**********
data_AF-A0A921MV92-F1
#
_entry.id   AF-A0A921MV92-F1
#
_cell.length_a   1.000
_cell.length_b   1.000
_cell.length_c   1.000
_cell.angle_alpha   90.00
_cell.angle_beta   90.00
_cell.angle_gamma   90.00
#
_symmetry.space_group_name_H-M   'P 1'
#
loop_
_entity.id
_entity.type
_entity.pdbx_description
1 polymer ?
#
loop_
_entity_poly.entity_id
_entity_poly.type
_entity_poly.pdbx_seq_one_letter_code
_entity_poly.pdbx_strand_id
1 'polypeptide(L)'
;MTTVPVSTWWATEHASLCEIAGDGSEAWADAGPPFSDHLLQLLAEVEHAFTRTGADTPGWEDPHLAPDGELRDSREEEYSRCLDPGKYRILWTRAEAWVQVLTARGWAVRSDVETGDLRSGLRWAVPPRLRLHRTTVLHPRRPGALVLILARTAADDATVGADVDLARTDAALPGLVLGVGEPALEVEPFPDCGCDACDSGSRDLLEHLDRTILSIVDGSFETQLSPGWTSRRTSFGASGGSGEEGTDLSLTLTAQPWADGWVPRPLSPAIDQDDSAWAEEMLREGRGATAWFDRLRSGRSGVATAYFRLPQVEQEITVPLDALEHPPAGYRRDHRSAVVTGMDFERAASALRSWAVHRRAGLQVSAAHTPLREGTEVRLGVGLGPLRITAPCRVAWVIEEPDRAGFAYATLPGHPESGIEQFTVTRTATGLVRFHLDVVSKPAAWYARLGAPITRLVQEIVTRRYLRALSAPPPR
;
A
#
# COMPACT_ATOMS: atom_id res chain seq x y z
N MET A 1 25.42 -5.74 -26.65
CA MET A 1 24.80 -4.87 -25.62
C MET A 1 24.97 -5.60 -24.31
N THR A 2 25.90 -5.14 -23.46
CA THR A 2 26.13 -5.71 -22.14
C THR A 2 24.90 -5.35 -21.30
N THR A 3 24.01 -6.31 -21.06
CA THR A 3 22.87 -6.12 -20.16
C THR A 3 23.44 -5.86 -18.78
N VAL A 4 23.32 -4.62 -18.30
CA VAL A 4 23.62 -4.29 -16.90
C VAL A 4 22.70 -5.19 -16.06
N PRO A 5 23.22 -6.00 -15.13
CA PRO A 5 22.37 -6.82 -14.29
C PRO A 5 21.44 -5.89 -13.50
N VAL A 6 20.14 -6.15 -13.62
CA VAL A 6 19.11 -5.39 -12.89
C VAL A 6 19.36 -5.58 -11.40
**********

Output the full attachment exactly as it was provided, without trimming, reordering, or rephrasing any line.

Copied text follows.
data_AF-A0A921MV92-F1
#
_entry.id   AF-A0A921MV92-F1
#
_cell.length_a   1.000
_cell.length_b   1.000
_cell.length_c   1.000
_cell.angle_alpha   90.00
_cell.angle_beta   90.00
_cell.angle_gamma   90.00
#
_symmetry.space_group_name_H-M   'P 1'
#
loop_
_entity.id
_entity.type
_entity.pdbx_description
1 polymer ?
#
loop_
_entity_poly.entity_id
_entity_poly.type
_entity_poly.pdbx_seq_one_letter_code
_entity_poly.pdbx_strand_id
1 'polypeptide(L)'
;MTTVPVSTWWATEHASLCEIAGDGSEAWADAGPPFSDHLLQLLAEVEHAFTRTGADTPGWEDPHLAPDGELRDSREEEYSRCLDPGKYRILWTRAEAWVQVLTARGWAVRSDVETGDLRSGLRWAVPPRLRLHRTTVLHPRRPGALVLILARTAADDATVGADVDLARTDAALPGLVLGVGEPALEVEPFPDCGCDACDSGSRDLLEHLDRTILSIVDGSFETQLSPGWTSRRTSFGASGGSGEEGTDLSLTLTAQPWADGWVPRPLSPAIDQDDSAWAEEMLREGRGATAWFDRLRSGRSGVATAYFRLPQVEQEITVPLDALEHPPAGYRRDHRSAVVTGMDFERAASALRSWAVHRRAGLQVSAAHTPLREGTEVRLGVGLGPLRITAPCRVAWVIEEPDRAGFAYATLPGHPESGIEQFTVTRTATGLVRFHLDVVSKPAAWYARLGAPITRLVQEIVTRRYLRALSAPPPR
;
A
#
# COMPACT_ATOMS: atom_id res chain seq x y z
N MET A 1 25.42 -5.74 -26.65
CA MET A 1 24.80 -4.87 -25.62
C MET A 1 24.97 -5.60 -24.31
N THR A 2 25.90 -5.14 -23.46
CA THR A 2 26.13 -5.71 -22.14
C THR A 2 24.90 -5.35 -21.30
N THR A 3 24.01 -6.31 -21.06
CA THR A 3 22.87 -6.12 -20.16
C THR A 3 23.44 -5.86 -18.78
N VAL A 4 23.32 -4.62 -18.30
CA VAL A 4 23.62 -4.29 -16.90
C VAL A 4 22.70 -5.19 -16.06
N PRO A 5 23.22 -6.00 -15.13
CA PRO A 5 22.37 -6.82 -14.29
C PRO A 5 21.44 -5.89 -13.50
N VAL A 6 20.14 -6.15 -13.62
CA VAL A 6 19.11 -5.39 -12.89
C VAL A 6 19.36 -5.58 -11.40